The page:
Welcome to The Eastern Bloc. This is the first post in what is hoped to be many, exploring the world of science fiction in the really existing socialist nations (past and present). Each month we will publish a piece exploring some production, film, novel, or other aspect of science fiction from the socialist world.
To keep our theme of firsts, today we will be reviewing the short story “The Piano-Tuner” (Настройщик Роялей) by Victor Kolupaev – the first short story I read in the Russian language.
Victor Dmitrievich Kolupaev (Виктор Дмитриевич Колупаев), born in Nezametny, Yakutia in the Russian Far East in 1936, is an often overlooked Soviet science fiction writer. Studying radiotechnics at Tomsk Polytechnic University before debuting with his first science fiction story in 1969, Kolupaev would go on to win the Aelita Prize for his work in 1988. The Aelita Prize being the premier prize for Science Fiction or Fantasy writing in the Soviet Union – more on the prize itself and its namesake in a later post.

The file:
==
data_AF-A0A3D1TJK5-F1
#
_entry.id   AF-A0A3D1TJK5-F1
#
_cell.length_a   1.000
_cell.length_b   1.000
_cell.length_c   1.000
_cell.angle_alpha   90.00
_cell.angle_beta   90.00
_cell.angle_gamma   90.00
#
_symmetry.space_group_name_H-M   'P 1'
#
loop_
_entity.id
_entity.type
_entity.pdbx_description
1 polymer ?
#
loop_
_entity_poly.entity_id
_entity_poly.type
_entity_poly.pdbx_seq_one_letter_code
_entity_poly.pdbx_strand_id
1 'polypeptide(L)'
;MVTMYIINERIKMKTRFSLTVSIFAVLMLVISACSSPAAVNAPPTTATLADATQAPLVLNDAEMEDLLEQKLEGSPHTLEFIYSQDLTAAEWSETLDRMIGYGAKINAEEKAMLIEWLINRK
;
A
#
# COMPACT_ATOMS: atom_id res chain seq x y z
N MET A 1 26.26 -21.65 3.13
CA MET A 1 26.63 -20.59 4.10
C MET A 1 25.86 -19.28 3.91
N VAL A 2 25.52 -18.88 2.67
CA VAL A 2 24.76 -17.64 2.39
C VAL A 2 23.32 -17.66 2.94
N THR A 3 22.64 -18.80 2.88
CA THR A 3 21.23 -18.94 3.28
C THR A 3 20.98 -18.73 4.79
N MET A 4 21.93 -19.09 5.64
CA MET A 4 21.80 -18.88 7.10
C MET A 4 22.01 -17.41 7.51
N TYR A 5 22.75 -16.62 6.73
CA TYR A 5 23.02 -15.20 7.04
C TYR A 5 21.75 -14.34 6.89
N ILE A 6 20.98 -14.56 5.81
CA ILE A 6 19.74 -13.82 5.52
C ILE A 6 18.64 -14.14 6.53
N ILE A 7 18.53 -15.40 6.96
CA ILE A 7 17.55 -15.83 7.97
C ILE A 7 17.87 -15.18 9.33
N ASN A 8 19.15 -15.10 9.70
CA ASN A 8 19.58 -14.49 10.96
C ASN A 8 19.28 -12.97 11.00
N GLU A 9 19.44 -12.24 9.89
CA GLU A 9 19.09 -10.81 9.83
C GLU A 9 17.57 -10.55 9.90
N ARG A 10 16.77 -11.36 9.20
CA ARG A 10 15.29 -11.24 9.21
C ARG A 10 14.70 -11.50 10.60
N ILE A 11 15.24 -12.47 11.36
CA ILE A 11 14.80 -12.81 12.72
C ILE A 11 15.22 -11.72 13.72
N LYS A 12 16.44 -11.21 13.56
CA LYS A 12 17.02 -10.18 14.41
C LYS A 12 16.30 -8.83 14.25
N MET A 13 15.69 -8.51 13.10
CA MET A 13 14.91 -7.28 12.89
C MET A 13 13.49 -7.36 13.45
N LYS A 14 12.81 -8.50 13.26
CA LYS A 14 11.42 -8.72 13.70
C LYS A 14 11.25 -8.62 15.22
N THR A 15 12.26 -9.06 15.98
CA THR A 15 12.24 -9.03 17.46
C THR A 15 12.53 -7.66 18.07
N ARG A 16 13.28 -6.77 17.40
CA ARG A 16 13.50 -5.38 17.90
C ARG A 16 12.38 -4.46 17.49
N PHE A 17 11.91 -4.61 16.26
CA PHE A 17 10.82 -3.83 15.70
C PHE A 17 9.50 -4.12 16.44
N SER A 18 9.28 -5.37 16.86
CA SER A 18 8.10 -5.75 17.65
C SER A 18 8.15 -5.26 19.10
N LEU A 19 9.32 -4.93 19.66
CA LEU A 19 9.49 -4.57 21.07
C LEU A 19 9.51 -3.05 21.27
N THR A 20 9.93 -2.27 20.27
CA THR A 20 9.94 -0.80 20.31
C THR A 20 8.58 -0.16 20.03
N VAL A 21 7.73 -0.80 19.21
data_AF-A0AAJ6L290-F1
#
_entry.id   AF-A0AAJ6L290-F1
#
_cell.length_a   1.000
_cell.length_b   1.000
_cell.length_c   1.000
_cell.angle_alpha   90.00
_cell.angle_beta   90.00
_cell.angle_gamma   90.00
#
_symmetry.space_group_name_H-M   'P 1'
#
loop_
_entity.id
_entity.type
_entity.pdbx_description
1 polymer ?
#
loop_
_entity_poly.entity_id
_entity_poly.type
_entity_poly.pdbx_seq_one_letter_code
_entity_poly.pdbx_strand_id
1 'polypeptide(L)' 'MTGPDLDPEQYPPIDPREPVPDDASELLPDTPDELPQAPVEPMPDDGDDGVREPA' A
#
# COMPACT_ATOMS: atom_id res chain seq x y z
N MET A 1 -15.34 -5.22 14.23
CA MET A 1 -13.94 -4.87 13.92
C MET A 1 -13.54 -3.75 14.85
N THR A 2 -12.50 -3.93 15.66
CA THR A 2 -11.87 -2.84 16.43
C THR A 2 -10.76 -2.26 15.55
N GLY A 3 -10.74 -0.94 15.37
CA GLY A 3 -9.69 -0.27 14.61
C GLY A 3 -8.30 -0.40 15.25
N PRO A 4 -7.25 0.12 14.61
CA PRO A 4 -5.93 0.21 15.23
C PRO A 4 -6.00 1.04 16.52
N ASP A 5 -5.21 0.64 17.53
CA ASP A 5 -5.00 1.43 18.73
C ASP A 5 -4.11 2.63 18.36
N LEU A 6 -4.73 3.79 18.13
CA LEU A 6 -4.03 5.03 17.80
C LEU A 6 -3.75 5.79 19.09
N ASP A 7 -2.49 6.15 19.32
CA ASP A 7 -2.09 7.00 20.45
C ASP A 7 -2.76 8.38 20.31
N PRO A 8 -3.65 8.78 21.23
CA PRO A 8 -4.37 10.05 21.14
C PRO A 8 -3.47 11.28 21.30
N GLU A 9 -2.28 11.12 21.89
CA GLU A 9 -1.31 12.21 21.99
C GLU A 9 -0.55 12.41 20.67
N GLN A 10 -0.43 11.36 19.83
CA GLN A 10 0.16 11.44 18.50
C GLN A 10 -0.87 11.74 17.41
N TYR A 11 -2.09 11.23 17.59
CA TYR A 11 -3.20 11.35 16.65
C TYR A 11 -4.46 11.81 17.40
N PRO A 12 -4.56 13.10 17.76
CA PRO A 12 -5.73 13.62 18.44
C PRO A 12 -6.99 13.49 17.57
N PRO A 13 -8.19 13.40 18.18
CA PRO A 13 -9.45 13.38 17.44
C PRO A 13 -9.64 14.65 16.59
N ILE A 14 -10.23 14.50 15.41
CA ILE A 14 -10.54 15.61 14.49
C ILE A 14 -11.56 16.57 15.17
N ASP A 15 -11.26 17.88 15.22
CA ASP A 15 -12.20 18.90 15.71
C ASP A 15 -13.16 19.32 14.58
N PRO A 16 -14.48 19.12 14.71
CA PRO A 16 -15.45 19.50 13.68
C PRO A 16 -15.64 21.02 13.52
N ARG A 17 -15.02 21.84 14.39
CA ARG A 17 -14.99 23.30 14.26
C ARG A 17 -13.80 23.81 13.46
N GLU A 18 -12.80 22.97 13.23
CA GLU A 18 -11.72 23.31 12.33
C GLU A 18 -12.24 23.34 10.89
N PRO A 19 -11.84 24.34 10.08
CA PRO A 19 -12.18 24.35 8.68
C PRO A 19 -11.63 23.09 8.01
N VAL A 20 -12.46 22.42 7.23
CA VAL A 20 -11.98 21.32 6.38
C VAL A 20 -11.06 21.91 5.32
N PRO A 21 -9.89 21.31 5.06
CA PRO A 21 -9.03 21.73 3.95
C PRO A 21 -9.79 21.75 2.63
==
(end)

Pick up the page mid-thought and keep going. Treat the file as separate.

The story itself, The Piano-Tuner is a short and simple one. It follows an elderly man making his way through an apartment bloc re-tuning the instruments of the various residents. There is of course, something more to this simple piano-tuner than meets the eye. Observing the domestic affairs of each apartment, he deduces the real needs and desires of each of the families, and it transpires that the piano-tuner isn’t merely repairing their pianos. Whether it’s a boisterous family or a mother striving to outdo her beleaguered neighbours, the piano-tuner knows his true craft.
A charming read, I would recommend The Piano-Tuner for anyone looking to delve into Kolupaev’s works or into Soviet sci-fi generally, but who doesn’t have the time (or the patience) to tackle a longer work.
Until next time – The Eastern Bloc